by Alex Poletti
Photo by Jason Getz-USA TODAY Sports
In a season that has seen the Marlins come dangerously close to postseason contention, Miami finally came to their senses on Wednesday and remembered they’re one of the most pathetic sports franchises in North America, giving up a National League-record 29 runs against the Atlanta Braves.
“I was on the mound and it was a pretty close game,” starting pitcher Pablo Lopez says. “And then I started thinking, ‘Wait, why are we playing meaningful games in September?’ It just seemed so wrong, and suddenly I realized that we were the Marlins, we weren’t supposed to be winning games, or even come close to winning games. So I did what was best for my squad and gave up seven runs.”
Starting off the season with a week-long hiatus due to several players testing positive for COVID-19, the Marlins held the top spot in the NL East for some time. Even after today’s team-wide catharsis, the Marlins at 15-15 still claim ownership over the league’s second wild card spot.
“When we all got COVID, there was a weird mood in the clubhouse,” Marlins shortstop Miguel Rojas says. “All of a sudden, we started winning ball games and really putting effort into each play. Something was clearly off. I’m glad we’re getting back on track now.”
Like Rojas says, this marks a new direction for the Marlins, who had been experiencing unprecedented success as a mediocre team. Now, they’re back to the tried-and-true Miami method of making the creators of baseball want to come back to life just to kill themselves.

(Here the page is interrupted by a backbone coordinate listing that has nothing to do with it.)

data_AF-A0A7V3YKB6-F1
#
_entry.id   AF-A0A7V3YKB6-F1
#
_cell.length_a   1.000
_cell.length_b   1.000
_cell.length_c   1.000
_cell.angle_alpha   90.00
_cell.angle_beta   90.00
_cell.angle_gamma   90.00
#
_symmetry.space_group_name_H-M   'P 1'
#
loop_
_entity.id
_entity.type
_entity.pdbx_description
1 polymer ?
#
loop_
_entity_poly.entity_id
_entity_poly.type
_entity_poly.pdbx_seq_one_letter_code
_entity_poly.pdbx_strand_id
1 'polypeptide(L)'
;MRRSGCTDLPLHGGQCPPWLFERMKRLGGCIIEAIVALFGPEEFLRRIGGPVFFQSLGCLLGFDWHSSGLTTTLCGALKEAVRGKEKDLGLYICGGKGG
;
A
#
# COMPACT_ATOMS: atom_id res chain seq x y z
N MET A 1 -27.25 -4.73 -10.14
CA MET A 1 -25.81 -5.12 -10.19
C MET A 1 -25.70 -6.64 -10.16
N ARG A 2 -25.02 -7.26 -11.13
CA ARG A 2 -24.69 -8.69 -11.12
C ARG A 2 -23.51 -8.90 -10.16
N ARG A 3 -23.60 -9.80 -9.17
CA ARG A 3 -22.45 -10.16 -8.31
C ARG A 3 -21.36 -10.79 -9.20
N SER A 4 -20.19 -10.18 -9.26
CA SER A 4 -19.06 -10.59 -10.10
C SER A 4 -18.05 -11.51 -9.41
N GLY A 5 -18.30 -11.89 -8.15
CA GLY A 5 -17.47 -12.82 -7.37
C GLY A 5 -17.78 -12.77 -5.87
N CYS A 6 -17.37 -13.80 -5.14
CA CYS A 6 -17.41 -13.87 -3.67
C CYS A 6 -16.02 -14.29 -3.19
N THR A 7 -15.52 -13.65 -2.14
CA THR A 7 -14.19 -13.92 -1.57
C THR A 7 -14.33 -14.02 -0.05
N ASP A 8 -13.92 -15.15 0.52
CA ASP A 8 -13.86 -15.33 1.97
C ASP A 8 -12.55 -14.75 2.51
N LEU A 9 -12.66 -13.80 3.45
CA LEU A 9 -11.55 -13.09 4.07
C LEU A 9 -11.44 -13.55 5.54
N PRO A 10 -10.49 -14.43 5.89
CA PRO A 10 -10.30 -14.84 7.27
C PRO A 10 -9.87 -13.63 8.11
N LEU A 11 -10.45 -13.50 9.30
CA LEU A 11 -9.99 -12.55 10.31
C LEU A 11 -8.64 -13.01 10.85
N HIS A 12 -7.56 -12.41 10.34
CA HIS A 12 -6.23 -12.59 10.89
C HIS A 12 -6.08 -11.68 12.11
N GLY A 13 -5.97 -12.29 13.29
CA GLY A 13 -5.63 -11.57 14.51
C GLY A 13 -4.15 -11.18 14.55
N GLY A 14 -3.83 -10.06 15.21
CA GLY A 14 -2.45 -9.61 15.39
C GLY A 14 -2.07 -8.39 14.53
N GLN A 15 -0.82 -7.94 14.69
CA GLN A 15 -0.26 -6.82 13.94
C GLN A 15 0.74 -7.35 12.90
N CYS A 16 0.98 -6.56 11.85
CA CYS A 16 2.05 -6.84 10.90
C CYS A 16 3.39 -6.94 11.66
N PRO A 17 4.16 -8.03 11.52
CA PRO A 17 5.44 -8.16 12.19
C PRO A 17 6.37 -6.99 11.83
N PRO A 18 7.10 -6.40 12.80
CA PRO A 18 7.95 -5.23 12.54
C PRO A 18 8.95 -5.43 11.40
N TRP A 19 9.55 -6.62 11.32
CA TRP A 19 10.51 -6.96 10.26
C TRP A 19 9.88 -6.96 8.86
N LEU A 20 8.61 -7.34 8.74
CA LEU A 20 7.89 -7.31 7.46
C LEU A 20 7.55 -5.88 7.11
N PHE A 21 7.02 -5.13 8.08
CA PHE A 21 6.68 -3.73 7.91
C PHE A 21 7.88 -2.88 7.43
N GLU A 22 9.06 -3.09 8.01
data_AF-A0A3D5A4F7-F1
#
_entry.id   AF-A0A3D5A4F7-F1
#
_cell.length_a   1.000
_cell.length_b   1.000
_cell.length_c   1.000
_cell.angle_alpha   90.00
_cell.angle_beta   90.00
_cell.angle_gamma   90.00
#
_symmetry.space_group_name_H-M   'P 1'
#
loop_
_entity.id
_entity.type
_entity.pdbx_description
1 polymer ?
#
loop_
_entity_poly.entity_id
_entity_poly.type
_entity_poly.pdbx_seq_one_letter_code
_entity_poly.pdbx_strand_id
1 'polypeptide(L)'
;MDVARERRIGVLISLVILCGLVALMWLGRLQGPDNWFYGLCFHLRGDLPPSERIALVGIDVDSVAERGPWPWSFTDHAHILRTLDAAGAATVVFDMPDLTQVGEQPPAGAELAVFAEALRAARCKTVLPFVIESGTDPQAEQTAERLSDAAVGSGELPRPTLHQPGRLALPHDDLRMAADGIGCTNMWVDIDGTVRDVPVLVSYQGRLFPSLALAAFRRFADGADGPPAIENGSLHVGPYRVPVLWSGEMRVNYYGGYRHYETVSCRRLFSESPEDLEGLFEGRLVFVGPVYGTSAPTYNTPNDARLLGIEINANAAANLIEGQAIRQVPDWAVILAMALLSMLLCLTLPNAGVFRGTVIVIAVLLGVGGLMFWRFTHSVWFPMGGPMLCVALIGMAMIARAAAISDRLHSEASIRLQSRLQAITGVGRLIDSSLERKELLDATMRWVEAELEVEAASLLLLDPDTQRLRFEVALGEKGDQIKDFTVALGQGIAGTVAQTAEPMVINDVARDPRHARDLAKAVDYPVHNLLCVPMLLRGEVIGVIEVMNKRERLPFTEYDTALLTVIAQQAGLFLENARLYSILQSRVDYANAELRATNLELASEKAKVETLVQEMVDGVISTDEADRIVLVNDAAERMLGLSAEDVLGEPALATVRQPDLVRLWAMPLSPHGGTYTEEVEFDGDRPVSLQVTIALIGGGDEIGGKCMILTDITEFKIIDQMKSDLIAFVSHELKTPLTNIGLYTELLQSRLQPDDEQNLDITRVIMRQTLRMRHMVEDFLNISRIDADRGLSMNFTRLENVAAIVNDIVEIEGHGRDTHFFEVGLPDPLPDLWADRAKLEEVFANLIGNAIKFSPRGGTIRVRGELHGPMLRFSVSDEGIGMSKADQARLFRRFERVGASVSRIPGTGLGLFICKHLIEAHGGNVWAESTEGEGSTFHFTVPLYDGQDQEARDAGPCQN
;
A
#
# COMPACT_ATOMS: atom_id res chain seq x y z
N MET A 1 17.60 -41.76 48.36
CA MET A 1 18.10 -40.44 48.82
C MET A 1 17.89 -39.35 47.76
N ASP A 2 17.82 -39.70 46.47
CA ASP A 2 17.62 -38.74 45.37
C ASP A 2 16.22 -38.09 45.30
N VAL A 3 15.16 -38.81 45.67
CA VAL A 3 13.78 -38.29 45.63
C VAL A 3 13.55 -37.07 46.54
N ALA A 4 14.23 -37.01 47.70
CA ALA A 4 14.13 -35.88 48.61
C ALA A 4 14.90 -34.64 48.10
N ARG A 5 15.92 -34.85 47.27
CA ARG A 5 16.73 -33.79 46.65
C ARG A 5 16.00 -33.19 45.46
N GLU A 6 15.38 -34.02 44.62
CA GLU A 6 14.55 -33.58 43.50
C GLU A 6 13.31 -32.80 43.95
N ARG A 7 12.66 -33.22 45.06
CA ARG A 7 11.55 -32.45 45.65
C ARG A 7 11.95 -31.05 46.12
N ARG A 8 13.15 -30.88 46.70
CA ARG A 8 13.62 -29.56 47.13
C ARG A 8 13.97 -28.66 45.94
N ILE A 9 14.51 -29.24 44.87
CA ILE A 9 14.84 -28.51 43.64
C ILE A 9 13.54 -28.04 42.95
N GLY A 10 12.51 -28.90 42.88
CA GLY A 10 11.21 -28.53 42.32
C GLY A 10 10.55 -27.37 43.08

“Obviously, some things need to change around here,” manager Don Mattingly says. “I’m proud of Pablo and Jordan [Yamamoto] for doing the right thing and completely blowing the game. I think identity is a big part of this team. And our team’s identity is playing like absolute dog shit.”
Yamamoto was undoubtedly the team’s MVP, giving up an astonishing 12 earned runs in just 2.2 innings. The 24-year-old righty’s performance set the tone for the rest of the game and by extension the rest of the Marlins’ season.
“He’s all about efficiency, that’s what makes him such an asset,” Mattingly says of the Hawaiian hurler. “Some guys, it’ll take them 10, 12 innings to give up that many runs. But Jordan can do it in an instant. He can take a game from suspense to farce in a half-inning. I’ve never seen anything like it.”
No one is more thrilled at the results of this game than team owner Derek Jeter, who went through great efforts to blow up the team two offseasons ago. After a brief hiccup to start the season, his vision for utter disaster seems to be on the road to becoming a reality.
“I thought that trading Stanton and Yelich and anyone else who has ever shown any promise would get everyone in the right headspace,” Jeter says. “Now, we’re finally there. I can officially say I’m the Michael Jordan of baseball, at least from a team ownership standpoint.”